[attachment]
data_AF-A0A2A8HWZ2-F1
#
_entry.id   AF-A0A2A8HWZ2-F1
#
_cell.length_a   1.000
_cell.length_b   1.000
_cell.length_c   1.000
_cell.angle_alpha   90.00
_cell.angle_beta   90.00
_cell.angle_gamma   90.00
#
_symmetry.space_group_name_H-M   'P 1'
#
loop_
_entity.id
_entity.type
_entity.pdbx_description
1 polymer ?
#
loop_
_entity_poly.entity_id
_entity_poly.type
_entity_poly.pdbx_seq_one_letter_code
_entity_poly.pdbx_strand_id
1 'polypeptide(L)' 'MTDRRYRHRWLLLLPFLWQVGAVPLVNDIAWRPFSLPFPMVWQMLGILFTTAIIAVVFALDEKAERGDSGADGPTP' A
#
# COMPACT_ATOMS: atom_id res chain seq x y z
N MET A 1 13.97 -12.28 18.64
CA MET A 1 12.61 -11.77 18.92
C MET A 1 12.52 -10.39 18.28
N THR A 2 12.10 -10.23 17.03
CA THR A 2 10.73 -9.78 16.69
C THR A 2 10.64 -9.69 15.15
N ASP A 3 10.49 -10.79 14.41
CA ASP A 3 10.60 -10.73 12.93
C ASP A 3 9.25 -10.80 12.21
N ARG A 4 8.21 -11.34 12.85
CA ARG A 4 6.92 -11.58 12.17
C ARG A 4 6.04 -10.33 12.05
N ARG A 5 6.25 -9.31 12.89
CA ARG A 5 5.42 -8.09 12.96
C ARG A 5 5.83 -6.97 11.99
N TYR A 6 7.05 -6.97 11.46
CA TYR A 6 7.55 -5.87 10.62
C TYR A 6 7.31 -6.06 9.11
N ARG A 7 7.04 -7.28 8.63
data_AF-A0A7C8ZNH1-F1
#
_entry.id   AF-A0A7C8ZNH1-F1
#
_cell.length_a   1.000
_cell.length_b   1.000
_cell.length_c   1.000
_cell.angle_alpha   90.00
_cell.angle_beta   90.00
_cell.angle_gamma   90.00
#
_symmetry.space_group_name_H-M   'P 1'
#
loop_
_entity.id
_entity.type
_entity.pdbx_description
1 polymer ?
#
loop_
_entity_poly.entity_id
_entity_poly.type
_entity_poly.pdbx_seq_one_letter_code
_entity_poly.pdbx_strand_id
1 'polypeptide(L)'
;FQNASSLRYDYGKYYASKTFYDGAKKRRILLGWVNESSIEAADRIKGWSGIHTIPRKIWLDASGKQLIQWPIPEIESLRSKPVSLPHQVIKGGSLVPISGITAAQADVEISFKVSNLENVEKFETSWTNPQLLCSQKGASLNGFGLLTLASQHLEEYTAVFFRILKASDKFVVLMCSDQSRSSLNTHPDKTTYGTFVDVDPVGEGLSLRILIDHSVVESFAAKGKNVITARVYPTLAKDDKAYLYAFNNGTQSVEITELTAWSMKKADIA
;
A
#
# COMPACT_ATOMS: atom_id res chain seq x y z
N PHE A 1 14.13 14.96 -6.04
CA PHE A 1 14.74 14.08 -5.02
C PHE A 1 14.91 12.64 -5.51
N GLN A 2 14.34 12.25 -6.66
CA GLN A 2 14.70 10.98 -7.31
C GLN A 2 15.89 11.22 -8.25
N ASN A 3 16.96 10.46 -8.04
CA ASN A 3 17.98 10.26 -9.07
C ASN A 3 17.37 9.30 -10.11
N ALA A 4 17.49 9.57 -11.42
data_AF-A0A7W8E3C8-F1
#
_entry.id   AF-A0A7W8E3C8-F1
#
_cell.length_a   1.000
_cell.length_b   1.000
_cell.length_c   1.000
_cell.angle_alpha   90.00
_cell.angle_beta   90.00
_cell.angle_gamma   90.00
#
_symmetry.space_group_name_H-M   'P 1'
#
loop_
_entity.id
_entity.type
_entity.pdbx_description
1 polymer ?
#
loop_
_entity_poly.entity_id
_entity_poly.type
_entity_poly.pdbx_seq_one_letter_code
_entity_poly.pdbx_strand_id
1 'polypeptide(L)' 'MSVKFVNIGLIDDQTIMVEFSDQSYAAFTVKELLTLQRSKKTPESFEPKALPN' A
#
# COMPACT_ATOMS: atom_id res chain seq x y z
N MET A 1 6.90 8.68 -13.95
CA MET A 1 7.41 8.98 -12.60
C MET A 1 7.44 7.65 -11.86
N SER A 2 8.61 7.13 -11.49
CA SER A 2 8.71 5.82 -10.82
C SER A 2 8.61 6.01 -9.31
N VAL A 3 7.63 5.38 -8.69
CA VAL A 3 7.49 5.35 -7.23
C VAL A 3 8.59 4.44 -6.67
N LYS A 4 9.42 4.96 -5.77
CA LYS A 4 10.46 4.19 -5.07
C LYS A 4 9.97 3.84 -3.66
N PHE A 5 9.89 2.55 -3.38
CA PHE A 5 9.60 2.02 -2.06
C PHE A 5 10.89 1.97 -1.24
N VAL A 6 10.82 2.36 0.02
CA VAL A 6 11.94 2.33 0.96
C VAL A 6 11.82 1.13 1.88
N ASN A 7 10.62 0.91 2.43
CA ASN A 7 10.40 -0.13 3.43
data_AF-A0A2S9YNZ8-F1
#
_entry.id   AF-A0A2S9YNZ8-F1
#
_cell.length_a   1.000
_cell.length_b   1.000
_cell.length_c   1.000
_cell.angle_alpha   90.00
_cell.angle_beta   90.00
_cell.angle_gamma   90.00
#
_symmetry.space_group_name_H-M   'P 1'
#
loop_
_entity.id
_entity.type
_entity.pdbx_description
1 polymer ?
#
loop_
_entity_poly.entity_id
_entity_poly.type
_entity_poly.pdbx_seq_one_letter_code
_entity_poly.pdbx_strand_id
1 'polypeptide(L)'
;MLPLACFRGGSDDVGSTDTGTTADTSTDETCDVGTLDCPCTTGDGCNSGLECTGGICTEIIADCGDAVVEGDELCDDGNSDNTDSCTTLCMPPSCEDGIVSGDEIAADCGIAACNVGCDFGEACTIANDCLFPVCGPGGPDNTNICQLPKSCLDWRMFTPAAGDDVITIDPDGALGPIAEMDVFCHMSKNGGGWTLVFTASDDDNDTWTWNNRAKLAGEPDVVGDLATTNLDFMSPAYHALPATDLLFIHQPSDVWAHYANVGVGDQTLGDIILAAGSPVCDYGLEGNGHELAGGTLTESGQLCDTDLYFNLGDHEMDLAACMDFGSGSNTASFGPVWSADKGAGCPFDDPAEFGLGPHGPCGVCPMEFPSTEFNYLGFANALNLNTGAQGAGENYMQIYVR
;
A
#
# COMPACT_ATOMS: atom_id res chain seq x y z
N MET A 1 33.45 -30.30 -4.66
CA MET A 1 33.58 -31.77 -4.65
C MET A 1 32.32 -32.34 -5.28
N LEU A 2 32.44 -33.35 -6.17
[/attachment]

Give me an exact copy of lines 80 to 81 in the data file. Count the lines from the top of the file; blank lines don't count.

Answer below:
N GLN A 2 14.34 12.25 -6.66
CA GLN A 2 14.70 10.98 -7.31